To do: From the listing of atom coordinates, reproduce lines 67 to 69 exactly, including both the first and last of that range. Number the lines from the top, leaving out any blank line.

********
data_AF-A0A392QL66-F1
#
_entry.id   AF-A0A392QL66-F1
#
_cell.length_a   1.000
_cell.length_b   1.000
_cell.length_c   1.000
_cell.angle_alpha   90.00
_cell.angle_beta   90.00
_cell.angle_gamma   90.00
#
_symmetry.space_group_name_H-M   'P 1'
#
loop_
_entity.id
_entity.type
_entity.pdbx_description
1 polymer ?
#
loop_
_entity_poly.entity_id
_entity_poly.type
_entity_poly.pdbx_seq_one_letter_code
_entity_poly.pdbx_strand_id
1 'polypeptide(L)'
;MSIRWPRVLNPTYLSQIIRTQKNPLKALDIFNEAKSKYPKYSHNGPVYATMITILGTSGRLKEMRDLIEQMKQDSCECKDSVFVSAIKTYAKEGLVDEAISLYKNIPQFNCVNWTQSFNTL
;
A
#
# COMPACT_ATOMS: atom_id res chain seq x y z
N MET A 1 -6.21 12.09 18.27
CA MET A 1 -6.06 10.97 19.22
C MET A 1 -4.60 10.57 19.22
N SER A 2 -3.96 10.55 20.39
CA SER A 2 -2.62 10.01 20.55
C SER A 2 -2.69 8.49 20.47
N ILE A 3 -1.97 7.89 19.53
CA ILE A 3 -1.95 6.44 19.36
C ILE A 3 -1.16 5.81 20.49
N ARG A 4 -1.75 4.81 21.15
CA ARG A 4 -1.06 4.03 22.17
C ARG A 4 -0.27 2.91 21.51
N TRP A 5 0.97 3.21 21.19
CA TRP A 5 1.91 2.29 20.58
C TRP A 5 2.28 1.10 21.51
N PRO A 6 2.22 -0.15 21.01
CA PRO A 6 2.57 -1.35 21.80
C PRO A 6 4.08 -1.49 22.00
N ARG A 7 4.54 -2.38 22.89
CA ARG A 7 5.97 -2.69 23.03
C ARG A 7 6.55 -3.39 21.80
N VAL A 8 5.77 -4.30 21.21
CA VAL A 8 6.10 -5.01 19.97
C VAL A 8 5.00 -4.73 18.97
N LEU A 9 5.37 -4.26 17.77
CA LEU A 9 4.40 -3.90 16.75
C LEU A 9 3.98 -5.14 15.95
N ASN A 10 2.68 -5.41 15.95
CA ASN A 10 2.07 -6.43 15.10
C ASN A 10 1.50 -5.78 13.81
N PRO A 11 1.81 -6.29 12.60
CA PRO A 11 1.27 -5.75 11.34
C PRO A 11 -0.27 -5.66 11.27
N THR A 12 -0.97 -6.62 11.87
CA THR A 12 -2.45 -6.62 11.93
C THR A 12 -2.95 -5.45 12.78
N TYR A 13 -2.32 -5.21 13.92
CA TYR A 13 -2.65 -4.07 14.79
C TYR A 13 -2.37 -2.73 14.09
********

N TYR A 13 -2.32 -5.21 13.92
CA TYR A 13 -2.65 -4.07 14.79
C TYR A 13 -2.37 -2.73 14.09